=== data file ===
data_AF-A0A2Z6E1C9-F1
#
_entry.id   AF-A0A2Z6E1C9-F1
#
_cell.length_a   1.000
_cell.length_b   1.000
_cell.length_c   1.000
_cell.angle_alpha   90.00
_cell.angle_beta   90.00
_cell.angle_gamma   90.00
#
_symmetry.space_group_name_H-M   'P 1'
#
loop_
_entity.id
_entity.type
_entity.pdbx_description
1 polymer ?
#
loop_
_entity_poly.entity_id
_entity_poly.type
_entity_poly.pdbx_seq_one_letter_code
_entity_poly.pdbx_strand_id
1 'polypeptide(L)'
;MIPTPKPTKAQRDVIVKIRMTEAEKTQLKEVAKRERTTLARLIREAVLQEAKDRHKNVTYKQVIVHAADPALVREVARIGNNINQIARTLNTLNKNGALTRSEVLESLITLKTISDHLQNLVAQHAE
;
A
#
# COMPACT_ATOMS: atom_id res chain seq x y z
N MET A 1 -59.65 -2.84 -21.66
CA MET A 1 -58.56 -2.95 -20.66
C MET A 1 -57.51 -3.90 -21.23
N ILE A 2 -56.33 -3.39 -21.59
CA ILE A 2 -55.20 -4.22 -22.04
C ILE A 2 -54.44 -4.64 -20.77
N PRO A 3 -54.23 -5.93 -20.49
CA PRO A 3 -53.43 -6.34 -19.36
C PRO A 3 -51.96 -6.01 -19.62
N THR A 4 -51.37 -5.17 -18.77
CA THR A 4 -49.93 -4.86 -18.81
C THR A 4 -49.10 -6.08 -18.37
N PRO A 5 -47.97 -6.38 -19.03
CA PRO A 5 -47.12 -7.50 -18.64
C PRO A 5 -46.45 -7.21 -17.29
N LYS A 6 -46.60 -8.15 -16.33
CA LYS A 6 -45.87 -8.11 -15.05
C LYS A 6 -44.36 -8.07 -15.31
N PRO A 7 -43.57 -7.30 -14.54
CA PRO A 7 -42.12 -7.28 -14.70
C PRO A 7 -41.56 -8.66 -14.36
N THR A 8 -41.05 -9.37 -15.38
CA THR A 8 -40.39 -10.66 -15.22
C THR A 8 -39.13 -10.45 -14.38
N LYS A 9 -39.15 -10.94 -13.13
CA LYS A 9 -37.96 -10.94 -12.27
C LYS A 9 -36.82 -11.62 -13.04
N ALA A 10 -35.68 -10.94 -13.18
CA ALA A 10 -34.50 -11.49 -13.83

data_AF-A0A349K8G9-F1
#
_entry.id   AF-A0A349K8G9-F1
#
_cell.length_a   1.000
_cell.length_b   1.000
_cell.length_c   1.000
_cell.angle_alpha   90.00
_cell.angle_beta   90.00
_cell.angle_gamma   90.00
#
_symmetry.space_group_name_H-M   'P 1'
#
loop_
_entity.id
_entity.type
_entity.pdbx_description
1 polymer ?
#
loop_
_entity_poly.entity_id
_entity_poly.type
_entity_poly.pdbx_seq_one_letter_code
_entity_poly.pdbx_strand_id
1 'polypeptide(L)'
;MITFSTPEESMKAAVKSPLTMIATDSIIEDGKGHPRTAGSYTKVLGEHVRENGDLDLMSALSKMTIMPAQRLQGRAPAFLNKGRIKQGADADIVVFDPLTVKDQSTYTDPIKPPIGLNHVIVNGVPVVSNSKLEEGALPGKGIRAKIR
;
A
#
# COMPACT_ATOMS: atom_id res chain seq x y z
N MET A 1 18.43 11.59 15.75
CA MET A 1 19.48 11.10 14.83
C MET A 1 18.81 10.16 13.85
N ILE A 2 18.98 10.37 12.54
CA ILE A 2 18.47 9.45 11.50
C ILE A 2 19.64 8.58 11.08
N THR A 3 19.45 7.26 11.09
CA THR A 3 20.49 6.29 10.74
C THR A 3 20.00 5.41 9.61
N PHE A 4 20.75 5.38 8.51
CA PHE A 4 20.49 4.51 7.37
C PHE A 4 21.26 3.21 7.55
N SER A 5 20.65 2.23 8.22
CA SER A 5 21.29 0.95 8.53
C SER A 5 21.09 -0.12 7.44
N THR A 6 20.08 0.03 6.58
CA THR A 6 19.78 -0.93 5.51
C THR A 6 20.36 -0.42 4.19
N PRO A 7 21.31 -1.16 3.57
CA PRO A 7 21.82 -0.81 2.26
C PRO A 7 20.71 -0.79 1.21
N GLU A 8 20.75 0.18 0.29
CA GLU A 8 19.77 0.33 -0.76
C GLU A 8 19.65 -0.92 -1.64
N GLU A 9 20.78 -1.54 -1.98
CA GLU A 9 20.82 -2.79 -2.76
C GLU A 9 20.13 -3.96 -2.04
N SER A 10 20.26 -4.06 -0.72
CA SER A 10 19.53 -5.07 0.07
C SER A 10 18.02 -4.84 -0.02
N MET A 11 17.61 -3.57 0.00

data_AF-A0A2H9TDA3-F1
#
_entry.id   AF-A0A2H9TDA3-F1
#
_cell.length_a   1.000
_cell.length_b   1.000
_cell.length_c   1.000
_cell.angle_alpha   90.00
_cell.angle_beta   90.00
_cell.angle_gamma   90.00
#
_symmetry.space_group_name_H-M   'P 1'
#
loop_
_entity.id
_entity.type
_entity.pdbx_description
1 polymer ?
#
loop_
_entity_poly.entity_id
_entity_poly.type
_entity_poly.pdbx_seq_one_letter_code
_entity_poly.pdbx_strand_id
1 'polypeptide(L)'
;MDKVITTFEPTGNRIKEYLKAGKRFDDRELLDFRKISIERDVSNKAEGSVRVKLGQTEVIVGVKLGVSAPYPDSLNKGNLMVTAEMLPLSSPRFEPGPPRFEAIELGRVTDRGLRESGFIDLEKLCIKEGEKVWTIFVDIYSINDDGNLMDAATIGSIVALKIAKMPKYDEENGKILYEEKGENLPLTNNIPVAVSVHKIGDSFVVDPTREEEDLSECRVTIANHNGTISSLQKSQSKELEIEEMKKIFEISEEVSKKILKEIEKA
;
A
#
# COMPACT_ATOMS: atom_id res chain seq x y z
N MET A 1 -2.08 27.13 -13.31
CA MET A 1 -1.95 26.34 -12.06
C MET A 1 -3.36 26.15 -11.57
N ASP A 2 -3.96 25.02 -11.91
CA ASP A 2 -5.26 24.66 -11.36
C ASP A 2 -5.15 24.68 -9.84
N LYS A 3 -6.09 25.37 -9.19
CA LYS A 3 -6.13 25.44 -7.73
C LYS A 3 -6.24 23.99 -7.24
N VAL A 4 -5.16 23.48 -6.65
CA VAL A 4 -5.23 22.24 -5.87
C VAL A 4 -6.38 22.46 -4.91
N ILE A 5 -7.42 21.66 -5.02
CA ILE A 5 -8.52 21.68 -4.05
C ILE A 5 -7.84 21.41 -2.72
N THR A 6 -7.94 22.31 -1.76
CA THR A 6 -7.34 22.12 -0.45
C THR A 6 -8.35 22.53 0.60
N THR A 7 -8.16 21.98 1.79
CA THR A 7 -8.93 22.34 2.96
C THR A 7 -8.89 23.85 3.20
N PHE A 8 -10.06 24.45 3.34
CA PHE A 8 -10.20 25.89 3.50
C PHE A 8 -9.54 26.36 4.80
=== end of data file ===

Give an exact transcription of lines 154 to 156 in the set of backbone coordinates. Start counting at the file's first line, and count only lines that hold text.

N ASP A 2 -3.96 25.02 -11.91
CA ASP A 2 -5.26 24.66 -11.36
C ASP A 2 -5.15 24.68 -9.84